Anyway, the room was sweet. Hardwood floors and a huge Parisian window with lots of light. Awesome location very close to central Paris. The only uncool thing? This woman who owned the building was absolutely wretched.

She insulted my French constantly, and at first I wasn't sure why. Then I decided it was because she was hard of hearing and refused to admit it. While she was putzing around being old, mean and deaf, I snuck into the kitchen and chatted with a girl who lives there. I was able to get some good information. "She's strict," and "she likes money."

Okay forget it. I am not living under the iron fist of a greedy old French lady who is mean to me. I'm an adult, and I make my own decisions. Decisions such as… I will not live there.

And so. The search continues.

Tuesday, October 14, 2008

What the *&#$^?

I had my first Freak-out France moment today. Where I got all mad at France while peering through my American-colored glasses. It happened in the computer lab at one of my schools.

I spent about an hour last night preparing a Halloween wordsearch. Lots of clipart and stuff. Not hard work, just time consuming. Then saved both a pdf and word document onto my jump drive, with the intention of printing it off at school today.

Problems: Finding the someone to give me the key to the computer lab. Five minutes later, finding him again for computer's login information. Windows98 operating system. Locating jump drive on computer. Already existing hatred for PC computers worsening because this one is in French. Discovering several minutes later from fellow teacher that jump drives do not work. Last night's work wasted. Making new Halloween wordsearch. Internets slow. Keys on french keyboard all in weird places. Typing things such as 'It,s Hqlloween." Missing lunch.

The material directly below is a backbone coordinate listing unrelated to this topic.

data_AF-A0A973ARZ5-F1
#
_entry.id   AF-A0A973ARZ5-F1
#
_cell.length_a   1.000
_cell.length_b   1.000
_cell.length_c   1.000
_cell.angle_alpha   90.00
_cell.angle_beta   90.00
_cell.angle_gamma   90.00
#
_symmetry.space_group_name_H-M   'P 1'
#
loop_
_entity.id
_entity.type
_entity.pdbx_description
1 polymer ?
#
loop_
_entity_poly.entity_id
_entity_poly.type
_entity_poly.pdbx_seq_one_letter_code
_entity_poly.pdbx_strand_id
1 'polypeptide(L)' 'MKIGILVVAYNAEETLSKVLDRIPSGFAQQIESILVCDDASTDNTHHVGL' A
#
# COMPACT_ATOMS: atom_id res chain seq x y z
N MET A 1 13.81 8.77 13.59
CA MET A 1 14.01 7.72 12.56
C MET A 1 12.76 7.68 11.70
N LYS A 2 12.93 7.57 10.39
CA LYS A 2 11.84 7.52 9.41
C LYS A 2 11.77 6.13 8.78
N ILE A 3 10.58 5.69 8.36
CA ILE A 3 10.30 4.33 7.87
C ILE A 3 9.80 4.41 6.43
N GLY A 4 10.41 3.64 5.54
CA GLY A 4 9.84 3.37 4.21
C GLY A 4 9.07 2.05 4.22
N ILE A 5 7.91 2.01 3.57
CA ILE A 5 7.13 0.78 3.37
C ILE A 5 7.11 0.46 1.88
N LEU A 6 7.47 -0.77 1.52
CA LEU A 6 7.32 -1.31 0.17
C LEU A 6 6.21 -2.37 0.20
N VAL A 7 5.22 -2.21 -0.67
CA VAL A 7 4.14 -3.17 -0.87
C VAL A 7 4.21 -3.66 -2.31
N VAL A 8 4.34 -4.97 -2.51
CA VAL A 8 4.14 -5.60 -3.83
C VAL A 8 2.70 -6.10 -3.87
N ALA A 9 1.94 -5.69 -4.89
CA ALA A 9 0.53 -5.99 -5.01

The real problem is I'm spoiled. I own a MacBook Pro (well my credit card company owns about half). Those ancient days before wifi are kinda fuzzy. I guess it's not really fair to expect any primary school to have a magnificent computer lab. I'm lucky they have one at all. With a color printer, nonetheless.

Sunday, October 12, 2008

Slice of Life

I was at a local grocery the other day, a small one with two checkout aisles. One cashier was working.

A mother came in with a stroller. She pointed out to the cashier that the stroller's bottom rack was already heavy with groceries. The woman was just grabbing something quick, and didn't want the cashier to charge her for the stuff on the bottom.

"Leave your baby up here with me," said the cashier. "I'll watch her." And so the mom did just that. She left the baby in the care of the grocery store cashier and disappeared into the store. I was gone before she finished shopping. But I'm sure the baby was perfectly safe.

Saturday, October 11, 2008

Teaching; Reflections

I have eight classes, 20+ kids in each, 45 minutes every class period. After two days, I have seen all my students. I have introduced myself as Miss Betsy in front of them all, instructed them to write their names in BIG letters on a teepee-folded piece of paper, and directed the repetition of "Ello my nam iz…" more times than can possibly be counted. I will give rewards to those who keep their name cards the whole year, because I cannot possibly remember all the Margauxs and Axels and Maximes (boy's name) and Anaïses.

The key for my own success and sanity will be preparedness. For each class, I know I need to have 12 activities, ready-to-go to pull from my pocket, even if we only hit nine of them. Kids will take advantage of 10 empty seconds by chatting or flicking each other with their rulers. As soon as you turn to tell someone to shut his mouth, everyone's concentration is lost.